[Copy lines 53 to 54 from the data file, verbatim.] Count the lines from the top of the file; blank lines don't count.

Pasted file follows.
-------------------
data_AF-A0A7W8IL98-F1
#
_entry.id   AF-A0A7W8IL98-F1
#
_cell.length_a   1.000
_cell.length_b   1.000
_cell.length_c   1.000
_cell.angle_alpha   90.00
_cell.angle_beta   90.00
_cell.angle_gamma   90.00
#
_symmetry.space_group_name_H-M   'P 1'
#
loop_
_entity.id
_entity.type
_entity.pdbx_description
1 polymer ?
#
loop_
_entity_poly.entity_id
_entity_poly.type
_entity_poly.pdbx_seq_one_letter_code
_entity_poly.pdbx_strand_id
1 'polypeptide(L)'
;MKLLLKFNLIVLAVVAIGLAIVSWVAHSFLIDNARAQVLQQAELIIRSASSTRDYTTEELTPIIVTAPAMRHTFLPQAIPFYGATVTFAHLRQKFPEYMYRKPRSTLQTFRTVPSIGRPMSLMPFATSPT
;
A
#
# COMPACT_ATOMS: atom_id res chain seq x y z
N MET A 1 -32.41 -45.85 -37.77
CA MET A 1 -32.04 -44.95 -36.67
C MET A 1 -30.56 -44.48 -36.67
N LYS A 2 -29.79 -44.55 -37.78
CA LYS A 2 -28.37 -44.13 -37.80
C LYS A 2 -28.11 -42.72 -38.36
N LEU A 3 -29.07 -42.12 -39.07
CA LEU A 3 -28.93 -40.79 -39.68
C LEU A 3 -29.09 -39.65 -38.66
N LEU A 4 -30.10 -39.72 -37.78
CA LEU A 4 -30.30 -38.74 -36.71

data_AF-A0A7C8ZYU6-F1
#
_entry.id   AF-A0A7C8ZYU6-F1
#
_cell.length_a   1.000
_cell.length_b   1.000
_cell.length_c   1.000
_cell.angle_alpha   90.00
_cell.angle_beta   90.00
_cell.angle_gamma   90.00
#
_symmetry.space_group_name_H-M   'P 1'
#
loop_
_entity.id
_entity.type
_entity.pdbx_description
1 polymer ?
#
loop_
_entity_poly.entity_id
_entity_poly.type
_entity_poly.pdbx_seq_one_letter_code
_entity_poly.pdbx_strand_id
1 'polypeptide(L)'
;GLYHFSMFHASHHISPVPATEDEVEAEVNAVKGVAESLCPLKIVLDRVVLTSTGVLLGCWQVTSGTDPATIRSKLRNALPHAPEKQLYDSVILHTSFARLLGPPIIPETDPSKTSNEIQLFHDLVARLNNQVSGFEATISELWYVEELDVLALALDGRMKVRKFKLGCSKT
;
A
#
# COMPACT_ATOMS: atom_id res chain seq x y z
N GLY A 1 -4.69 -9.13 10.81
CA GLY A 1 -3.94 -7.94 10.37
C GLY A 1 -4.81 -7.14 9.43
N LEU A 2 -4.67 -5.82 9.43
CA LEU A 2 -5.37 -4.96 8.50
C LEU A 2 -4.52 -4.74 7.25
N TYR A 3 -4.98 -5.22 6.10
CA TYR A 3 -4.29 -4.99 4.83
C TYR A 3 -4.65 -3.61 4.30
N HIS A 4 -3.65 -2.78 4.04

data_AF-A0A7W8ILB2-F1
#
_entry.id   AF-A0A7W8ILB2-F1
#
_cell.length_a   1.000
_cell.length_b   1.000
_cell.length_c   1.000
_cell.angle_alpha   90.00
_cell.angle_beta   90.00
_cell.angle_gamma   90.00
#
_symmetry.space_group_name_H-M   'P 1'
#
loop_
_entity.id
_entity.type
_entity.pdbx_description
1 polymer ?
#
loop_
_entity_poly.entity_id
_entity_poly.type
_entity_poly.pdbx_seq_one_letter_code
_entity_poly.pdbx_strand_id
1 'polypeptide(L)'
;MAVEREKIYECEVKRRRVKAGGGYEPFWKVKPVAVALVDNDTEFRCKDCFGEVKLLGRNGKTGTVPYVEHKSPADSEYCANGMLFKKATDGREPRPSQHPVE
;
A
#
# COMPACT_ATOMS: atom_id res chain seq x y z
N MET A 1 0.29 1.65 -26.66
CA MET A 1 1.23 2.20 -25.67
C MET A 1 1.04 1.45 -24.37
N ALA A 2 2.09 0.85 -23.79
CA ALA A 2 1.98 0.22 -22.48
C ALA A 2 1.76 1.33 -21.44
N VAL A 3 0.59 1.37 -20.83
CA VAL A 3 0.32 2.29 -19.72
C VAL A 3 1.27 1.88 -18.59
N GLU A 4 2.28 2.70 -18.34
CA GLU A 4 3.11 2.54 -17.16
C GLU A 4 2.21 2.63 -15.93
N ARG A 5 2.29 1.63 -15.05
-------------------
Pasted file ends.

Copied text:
_symmetry.space_group_name_H-M   'P 1'
#